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Ford: Hybrids Out, Bio-Fuels In;

Is This What Happens When You Purchase Toyota's Old Hybrid Technology Rather than Developing Your Own?

From a Reuters Report

In a sharp shift of strategy, Ford Motor Co. plans to focus less on hybrid technology and more on a wider range of alternatives to traditional gasoline-powered engines, Ford Chief Executive Bill Ford told employees of the automaker.

Ford backed away from a commitment made last fall to build capacity to make 250,000 hybrid vehicles by the end of the decade, calling that goal "too narrow" in a company-wide e-mail message released Thursday.

Ford, which has faced criticism for lacking a consistent vision for its product development, had heavily promoted its commitment to hybrid technology, which taps battery power to boost fuel economy.

The debate over the emerging group of alternatives to traditional combustion engines comes as U.S. consumers put an increasing premium on fuel efficiency and low operating costs in the face of high gasoline prices.

The shift in consumer preference has hurt all of the Detroit-based automakers, but the stakes are particularly high for Ford, whose fleet of vehicles has the lowest average mileage per gallon of any of the automakers and which relies on light trucks for two-thirds of sales.

"Our strategy going forward is not to wed ourselves to a single technology," Ford said. "The strategy doesn't focus on one catch-all solution but offers a flexible array of options, including hybrids, clean diesels, bio-diesels, advanced engine technologies and E85 ethanol."

Environmental activists charged Ford with breaking an important commitment and trying to exploit a loophole that would allow it to raise the reported fuel economy of its fleet by making more vehicles capable of running on ethanol.

"We know now that Ford Motor Company cannot be relied upon to tell the truth or even to compete effectively with the more efficient fleets of foreign competitors like Honda and Toyota," said Dan Becker, director of Sierra Club's Global Warming Program.

Under the U.S. Corporate Average Fuel Economy standards, automakers get a credit for producing ethanol-ready vehicles, including SUVs, although most continue to burn only gasoline given the small number of ethanol pumps in the United States.

"I think Ford's turn toward ethanol is a coldly calculated move to continue producing more gas-guzzling trucks and SUVs." said Jennifer Krill of the San Francisco-based Rainforest Action Network. "Ford's environmental problems are directly linked to its economic problems."


Ford spokesman Said Deep said that criticism was misplaced since the automaker's commitment to improve fuel economy was unchanged despite the move away from hybrids.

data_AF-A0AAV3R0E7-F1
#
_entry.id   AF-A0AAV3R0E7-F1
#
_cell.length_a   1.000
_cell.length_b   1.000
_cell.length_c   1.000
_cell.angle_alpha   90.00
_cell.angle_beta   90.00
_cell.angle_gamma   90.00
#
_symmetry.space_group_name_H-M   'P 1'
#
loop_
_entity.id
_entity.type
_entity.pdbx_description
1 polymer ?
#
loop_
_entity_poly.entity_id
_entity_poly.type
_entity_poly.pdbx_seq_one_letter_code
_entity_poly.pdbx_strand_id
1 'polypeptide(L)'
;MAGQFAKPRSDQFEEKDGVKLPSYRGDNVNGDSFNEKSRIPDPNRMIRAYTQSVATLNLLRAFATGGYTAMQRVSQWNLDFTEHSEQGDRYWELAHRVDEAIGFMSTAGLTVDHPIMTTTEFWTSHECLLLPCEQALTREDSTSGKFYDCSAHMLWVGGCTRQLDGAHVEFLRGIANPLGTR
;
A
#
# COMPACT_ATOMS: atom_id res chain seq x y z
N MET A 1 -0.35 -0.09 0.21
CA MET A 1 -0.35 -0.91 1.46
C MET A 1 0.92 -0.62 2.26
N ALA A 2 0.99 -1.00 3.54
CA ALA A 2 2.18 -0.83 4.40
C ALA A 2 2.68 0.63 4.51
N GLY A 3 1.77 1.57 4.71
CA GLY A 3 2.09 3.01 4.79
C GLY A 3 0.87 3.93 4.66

Ford beat its U.S. rivals in offering the first American-made full hybrids, which offer sharply improved gas mileage through the use of a battery that recharges during braking and powers the vehicle at low speeds.

But Ford has to resort to sales incentives to sell its Escape Hybrid and Mercury Mariner Hybrid models, a sharp contrast to the success that Toyota has seen with its sold-out Prius hybrid.

Ford's change in strategy comes as U.S. automakers have offered a pledge to more than double their annual production of vehicles capable of running on renewable fuels such as ethanol to two million cars and trucks by 2010.

Ethanol is made from sugar derived from plants such as corn, straw and switch grass. Although it is almost a third less efficient than gasoline, proponents call it a renewable fuel.

The commitment to renewable fuels followed a meeting last month between the CEOs of Ford, General Motors Corp., the Chrysler Group and congressional leaders on efforts to reduce U.S. dependence on foreign oil.

The executives and lawmakers also discussed way to help the struggling Detroit-based carmakers better compete with rivals such as Toyota and Honda Motor Co.

Bill Ford, who assumed operational responsibility in early April for the automaker founded by his great grandfather, told employees that the emphasis on other technologies did not change the company's drive for improved fuel economy and lower emissions of carbon dioxide, linked to global warming.

"While we will continue to develop and expand our hybrid portfolio in the U.S. and around the world, the broader array of technologies we are adopting will yield a net improvement for both customers and the enviornment, he said.